Term Paper: Chinese Migration to the United States a Dissection of the Push Pull Theory

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Migration

Chinese Migration to the United States:

Dissection of the Push-Pull Theory

This report aims to provide insights into the historical shift of a large number of Chinese citizens' and their migration to the United States over the course of the past few centuries. The foundation of this work is based on the notion that all migration, whether it occurs on the local, national or international scale, usually occurs due to some combination of underlying factors of the philosophy of Push - Pull. For this report, Push Factors entail that some impelling reason such as demographic growth, low living standards, lack of economic opportunities, political repression, war, or even natural hazards or disasters made the people choose to leave their origin or host country. Pull Factors represent the attraction to a receiving country, often a major industrialized nation of the first world, by some perceived offering or opportunity.

These offerings could include but would not be limited to the demand new for labor, availability of land, good economic opportunities, political freedoms, better education, better medical care or even the idea of political or social stability. However, the theory of Push - Pull as it pertains to migration provides a stimulus that creates a need for an individual's decision to migrate. This decision usually is based on some contradicting or rational comparison of relative costs or benefits of not migrating out of the area - as well as choosing the final destination over some other alternative destination.

The key to this point is that a Push Pull theory does not explain why the Chinese choose the United States and other North American areas in Canada. The idea therefore was to rationally justify why so many Chinese chose America over other nations such as England or Germany. Of course, the general theory does not say all Chinese migrated to the American continent - obviously there are Chinese all over the world. but, a large number did migrate to the United States and this paper will focus on that mass migration.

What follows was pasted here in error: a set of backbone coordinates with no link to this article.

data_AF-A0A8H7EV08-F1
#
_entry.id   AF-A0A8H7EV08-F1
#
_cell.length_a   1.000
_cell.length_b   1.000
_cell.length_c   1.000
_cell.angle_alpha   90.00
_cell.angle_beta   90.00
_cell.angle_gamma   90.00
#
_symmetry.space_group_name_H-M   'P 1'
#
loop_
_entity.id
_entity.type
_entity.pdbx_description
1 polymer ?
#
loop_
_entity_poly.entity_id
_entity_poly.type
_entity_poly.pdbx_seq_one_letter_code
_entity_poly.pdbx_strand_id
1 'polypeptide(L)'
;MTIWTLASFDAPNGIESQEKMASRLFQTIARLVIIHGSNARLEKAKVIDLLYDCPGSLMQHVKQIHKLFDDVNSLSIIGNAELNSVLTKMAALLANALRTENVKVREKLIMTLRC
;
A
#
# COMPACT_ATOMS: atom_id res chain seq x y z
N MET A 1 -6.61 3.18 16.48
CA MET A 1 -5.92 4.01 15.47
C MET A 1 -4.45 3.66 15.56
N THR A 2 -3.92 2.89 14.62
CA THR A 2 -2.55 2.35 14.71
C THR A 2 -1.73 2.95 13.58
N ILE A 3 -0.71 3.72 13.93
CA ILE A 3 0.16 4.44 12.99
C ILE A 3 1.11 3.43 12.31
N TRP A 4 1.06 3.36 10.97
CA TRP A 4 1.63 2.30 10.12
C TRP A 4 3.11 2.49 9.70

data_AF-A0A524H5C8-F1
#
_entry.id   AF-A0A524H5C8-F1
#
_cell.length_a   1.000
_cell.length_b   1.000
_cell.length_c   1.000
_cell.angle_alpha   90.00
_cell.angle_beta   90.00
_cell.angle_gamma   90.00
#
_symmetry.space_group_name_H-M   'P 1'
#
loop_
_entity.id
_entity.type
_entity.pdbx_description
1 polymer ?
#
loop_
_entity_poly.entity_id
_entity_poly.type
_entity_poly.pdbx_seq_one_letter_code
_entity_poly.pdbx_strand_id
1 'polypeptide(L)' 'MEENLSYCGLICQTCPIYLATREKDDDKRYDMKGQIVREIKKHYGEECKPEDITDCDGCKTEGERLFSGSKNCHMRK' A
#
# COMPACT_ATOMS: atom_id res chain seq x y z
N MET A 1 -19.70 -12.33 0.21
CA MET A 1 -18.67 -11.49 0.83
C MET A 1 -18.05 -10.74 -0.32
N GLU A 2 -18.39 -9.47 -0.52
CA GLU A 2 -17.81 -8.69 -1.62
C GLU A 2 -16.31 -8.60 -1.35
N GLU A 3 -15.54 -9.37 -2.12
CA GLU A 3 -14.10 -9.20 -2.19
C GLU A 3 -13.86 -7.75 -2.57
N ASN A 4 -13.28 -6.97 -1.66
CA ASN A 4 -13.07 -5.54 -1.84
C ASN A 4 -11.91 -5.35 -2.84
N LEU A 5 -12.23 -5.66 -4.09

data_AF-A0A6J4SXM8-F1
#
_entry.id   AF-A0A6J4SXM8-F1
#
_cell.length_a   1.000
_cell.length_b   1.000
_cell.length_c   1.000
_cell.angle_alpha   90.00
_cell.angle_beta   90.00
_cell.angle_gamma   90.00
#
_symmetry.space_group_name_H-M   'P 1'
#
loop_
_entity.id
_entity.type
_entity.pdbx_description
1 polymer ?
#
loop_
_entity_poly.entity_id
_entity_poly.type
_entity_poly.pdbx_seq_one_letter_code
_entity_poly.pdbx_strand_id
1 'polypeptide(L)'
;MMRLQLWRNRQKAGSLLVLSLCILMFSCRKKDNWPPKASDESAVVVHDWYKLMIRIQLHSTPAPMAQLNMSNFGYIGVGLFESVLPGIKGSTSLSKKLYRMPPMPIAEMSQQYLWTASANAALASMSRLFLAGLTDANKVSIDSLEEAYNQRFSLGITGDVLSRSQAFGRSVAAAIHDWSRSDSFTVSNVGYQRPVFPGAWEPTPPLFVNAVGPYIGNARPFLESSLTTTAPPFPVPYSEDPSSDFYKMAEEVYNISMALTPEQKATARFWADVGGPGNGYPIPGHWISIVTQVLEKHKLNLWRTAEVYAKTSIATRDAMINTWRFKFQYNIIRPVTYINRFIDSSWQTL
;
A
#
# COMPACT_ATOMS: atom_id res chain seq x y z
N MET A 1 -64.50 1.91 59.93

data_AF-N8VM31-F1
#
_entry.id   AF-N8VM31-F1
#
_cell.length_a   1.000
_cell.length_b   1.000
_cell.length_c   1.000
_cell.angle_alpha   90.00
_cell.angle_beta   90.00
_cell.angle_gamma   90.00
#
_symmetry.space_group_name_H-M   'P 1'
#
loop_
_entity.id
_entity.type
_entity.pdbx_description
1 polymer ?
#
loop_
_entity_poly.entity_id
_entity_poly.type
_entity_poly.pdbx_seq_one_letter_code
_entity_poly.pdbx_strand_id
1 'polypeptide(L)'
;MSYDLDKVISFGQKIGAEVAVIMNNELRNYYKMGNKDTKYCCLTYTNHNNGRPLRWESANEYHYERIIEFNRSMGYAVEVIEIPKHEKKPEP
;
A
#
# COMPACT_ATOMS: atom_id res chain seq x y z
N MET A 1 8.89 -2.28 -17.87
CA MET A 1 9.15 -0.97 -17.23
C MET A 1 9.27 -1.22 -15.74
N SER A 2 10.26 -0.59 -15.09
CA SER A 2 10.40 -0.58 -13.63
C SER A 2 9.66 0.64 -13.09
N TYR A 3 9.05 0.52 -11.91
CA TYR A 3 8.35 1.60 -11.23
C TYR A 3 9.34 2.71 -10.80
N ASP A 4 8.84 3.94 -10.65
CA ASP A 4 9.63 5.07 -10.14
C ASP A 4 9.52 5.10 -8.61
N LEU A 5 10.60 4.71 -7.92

Immigration History

China probably has the oldest culture in humankind and for most of its history, China represented a feudal society that was controlled thorough traditional roles and responsibilities that were based on age, sex, birth order, and social class. The nation was extremely isolationist and the West accordingly had very little to no contact with China for Centuries. Their inert homogeneous nature entailed criminal punishment to anyone who taught the Chinese languages to foreigners or even shared texts or books outside of the nation's boarders. "Historians have completed a great deal of research on the immigrant motivations for Chinese men. Shihshan Henry Tsai has pointed out that internal problems in China such as the rapid increase in population since the late seventeenth century and the land concentration had caused Chinese immigration to overseas." (Ling, 17)

Thus, when the first Chinese arrived in the United States in approximately 1847, the event was highly unusual in the sense of the Chinese national culture. These first Chinese to immigrate did so through a missionary in Massachusetts as an effort to open up Chinese boarder for trade with America. It was not until 1848 when true immigrants migrated to the continent and they consisted of only two men and a woman. These first true immigrants brought with them the art of silk weaving but their true intention was to work mining areas.

Around the early 1850', the gold rush served as the pull phenomena and the economically depressed Canton area of South China served as the push. The regular trade and shipping routes across the Pacific out of California took great fables of riches to be had to China and this lead to an influx of nearly twenty-five thousand Chinese to California in less than a year. The Chinese were accomplished miners and ironically the immigrants knew America as "Gam Saan," or the Great Gold Mountain. These new potential workers provided America with a source for cheap labor that was eventually taken advantage of by the Central Pacific Railroad system. The Push Pull model had worked to tie the immigrants to the new nation and economic conditions in China guaranteed that they did not wish to return to their place of origin.